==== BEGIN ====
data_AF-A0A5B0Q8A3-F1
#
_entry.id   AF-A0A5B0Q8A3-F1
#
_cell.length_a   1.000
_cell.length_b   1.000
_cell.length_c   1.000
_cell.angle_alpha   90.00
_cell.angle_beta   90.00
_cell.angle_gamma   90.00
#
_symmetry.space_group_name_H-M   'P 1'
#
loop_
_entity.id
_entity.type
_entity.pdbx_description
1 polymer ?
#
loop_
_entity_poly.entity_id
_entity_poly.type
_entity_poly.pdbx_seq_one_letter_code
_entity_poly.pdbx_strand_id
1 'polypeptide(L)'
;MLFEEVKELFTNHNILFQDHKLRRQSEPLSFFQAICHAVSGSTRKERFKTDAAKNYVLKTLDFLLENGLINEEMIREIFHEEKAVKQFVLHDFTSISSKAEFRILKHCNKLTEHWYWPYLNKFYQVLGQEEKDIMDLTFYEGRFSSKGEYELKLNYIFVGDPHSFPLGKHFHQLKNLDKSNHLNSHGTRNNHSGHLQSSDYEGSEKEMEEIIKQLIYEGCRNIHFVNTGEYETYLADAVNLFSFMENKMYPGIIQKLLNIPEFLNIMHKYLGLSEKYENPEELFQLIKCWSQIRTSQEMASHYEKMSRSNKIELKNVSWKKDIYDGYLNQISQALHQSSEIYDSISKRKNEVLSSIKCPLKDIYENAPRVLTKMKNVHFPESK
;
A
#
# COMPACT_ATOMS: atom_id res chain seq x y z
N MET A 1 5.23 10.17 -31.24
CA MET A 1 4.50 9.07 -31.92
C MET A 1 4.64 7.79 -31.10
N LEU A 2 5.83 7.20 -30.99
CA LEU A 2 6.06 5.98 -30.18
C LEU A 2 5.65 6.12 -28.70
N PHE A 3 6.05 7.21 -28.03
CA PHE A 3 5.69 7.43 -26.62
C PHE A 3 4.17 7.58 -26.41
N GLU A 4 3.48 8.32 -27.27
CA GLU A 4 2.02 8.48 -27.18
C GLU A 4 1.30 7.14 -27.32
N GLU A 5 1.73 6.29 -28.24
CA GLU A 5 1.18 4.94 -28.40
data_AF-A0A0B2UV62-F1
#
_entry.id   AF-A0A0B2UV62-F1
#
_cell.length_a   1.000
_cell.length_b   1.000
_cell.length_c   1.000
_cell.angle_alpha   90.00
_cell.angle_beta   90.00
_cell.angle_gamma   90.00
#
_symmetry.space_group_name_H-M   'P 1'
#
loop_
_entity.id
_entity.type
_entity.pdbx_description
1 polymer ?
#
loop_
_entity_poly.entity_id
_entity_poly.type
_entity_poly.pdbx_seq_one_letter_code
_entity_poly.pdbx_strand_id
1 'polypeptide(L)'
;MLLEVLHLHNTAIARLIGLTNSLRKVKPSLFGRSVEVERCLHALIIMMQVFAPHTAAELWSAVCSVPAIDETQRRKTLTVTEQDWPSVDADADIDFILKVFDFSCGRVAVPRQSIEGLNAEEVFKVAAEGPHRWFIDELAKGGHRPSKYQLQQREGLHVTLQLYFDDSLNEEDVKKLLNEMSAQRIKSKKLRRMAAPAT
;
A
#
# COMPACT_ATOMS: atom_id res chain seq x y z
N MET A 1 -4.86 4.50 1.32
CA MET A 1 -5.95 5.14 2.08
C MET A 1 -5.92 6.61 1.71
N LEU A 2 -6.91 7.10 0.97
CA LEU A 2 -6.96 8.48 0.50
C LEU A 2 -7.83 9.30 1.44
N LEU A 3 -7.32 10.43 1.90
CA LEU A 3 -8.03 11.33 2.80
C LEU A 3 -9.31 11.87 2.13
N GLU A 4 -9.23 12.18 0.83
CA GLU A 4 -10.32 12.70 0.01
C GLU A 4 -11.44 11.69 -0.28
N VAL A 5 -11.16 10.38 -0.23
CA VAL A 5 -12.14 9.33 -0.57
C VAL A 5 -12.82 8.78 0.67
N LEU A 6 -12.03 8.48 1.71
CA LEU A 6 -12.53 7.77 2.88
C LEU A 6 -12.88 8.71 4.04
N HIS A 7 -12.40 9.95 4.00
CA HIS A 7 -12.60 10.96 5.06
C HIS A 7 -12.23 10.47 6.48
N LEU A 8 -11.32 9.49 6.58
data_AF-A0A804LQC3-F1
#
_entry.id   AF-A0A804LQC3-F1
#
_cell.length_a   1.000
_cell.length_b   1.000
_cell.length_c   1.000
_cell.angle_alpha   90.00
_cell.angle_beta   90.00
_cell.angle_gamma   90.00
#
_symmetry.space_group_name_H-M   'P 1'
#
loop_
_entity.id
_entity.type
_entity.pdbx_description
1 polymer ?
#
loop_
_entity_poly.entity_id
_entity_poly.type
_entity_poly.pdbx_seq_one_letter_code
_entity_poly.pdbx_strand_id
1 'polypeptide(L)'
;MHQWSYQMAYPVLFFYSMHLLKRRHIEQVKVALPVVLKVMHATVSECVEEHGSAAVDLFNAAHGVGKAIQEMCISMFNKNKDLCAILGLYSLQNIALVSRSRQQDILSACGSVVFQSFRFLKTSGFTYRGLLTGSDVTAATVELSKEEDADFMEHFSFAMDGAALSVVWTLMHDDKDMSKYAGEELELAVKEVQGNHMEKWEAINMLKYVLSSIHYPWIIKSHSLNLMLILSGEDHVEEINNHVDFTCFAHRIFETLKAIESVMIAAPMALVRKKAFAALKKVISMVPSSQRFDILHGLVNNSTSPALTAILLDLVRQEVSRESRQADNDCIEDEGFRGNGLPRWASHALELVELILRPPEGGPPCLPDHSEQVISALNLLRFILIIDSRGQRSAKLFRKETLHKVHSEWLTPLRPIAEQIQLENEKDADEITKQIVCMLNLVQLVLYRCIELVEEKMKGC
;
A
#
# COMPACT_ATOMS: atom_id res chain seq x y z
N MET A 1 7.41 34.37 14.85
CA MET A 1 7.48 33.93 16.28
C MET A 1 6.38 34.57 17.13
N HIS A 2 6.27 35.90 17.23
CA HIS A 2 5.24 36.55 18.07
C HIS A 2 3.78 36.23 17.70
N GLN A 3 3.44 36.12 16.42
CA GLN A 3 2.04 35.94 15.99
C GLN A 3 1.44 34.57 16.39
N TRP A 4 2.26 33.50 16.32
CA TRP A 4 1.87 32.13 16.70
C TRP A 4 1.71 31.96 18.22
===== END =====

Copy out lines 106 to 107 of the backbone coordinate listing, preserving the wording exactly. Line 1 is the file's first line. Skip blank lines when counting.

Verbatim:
_cell.angle_gamma   90.00
#